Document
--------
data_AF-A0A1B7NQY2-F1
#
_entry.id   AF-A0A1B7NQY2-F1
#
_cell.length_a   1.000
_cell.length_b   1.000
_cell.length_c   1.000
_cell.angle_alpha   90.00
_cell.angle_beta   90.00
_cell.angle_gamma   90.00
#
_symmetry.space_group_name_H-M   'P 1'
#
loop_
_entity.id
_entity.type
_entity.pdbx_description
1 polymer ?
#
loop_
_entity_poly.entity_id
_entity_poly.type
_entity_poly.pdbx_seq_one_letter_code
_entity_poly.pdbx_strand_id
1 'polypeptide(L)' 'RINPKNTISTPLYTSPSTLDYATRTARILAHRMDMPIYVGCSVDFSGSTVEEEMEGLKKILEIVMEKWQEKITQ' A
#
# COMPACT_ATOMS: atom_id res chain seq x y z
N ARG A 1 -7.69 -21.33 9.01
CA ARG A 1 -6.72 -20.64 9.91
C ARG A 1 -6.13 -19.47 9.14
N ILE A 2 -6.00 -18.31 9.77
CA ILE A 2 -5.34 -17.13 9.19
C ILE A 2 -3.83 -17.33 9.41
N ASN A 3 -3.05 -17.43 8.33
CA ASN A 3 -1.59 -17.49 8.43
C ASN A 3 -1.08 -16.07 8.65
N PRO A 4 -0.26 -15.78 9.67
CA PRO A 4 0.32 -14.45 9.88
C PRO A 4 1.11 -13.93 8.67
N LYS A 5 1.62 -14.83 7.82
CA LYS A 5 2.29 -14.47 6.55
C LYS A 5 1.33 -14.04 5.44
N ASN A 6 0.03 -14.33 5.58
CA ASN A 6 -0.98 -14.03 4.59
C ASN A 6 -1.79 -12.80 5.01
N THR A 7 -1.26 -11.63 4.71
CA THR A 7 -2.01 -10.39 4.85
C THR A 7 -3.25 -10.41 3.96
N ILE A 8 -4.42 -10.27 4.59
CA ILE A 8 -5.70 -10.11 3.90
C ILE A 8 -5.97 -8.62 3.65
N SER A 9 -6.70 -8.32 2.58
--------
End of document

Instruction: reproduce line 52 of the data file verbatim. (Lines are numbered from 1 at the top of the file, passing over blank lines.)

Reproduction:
N SER A 9 -6.70 -8.32 2.58